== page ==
Antarctica is likely warming at almost twice the rate of the rest of the world and faster than climate change models are predicting, with potentially far-reaching implications for global sea level rise, according to a scientific study.
The research, published in the journal Nature Climate Change, found Antarctica was warming at a rate of between 0.22˚C and 0.32˚C per decade, compared to 0.18˚C per decade predicted by climate models.
Dr Sarah Jackson, an ice core expert at the Australian National University, who was not involved in the study, said the findings were “deeply concerning”.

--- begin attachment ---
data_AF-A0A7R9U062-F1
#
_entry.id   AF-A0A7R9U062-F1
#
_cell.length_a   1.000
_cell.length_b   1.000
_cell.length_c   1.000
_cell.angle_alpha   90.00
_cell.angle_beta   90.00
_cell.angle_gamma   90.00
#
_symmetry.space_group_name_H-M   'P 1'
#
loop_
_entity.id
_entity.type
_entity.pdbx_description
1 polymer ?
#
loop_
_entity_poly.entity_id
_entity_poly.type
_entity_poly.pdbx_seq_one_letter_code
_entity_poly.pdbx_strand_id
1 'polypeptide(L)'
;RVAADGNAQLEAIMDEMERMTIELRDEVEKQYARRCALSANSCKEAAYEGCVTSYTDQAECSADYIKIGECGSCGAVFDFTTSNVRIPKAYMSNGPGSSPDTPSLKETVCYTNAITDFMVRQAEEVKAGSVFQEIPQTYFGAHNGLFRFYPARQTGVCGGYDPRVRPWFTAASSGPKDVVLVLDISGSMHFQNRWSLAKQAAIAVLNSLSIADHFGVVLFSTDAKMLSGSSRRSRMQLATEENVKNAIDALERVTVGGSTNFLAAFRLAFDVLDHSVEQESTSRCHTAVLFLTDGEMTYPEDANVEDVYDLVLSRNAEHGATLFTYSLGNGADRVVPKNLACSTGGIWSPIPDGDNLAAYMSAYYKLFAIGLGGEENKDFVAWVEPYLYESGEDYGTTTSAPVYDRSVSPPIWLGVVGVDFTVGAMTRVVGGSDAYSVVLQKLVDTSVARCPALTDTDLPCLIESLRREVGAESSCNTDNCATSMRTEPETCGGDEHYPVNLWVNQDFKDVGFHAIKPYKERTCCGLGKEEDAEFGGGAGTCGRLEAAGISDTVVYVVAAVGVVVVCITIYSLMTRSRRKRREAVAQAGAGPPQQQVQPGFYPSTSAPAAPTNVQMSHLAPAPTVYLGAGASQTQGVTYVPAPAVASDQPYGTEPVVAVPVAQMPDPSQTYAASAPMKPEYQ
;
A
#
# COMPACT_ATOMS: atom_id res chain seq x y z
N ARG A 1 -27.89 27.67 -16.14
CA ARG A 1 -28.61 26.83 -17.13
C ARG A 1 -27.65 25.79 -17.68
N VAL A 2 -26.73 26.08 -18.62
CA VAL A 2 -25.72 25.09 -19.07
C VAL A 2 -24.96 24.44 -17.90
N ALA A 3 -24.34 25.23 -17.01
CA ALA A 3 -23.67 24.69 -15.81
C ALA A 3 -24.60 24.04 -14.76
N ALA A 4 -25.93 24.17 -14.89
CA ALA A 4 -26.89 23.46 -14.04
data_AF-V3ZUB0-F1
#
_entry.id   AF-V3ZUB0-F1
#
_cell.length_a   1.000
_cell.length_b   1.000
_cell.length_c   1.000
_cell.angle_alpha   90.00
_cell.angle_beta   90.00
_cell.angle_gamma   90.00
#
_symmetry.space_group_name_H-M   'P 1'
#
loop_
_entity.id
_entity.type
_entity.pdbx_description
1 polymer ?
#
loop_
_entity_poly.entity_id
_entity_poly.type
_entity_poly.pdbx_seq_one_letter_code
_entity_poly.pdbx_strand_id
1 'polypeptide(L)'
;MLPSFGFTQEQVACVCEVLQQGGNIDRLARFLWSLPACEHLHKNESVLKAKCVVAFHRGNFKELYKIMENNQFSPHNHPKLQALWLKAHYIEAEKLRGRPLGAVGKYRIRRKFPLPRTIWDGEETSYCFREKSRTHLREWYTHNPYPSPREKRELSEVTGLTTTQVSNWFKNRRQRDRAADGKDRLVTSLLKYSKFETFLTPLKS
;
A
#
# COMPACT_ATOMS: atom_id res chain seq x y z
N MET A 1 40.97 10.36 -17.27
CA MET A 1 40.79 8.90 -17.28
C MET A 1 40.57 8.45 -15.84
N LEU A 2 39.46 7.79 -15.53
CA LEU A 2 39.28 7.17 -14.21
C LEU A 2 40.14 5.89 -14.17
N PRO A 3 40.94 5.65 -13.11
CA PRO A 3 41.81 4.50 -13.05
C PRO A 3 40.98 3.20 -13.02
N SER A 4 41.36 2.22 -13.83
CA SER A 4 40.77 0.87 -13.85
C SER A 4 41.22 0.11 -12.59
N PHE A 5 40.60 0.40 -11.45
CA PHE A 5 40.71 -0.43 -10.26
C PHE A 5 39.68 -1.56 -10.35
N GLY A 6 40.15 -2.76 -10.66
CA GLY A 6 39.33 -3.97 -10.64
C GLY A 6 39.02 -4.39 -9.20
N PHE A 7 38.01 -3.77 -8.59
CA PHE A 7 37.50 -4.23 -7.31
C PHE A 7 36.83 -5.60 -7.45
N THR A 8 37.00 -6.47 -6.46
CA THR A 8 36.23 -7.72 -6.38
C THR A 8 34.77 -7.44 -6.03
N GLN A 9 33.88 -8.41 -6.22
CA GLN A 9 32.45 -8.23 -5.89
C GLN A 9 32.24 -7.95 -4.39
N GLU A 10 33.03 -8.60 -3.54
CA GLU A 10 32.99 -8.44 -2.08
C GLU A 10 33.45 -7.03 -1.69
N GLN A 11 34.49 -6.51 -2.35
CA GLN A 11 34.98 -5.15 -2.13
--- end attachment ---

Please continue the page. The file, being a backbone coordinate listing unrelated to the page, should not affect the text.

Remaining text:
“All our projections for future sea level rise use these low rates of warming. Our models might be underestimating the loss of ice that we might get,” she said.
Dr Kyle Clem, a scientist at Victoria University of Wellington in New Zealand, has studied recent record high temperatures at one weather station at the south pole.
“The implications of this study are of particular importance for considering future changes in Antarctic sea ice, terrestrial and marine ecosystems, and potentially even sea level rise,” Clem said.
“If anthropogenic polar amplification is already occurring in the Antarctic that exceeds that simulated by climate models, then future warming will likely be greater than that currently projected by climate models.”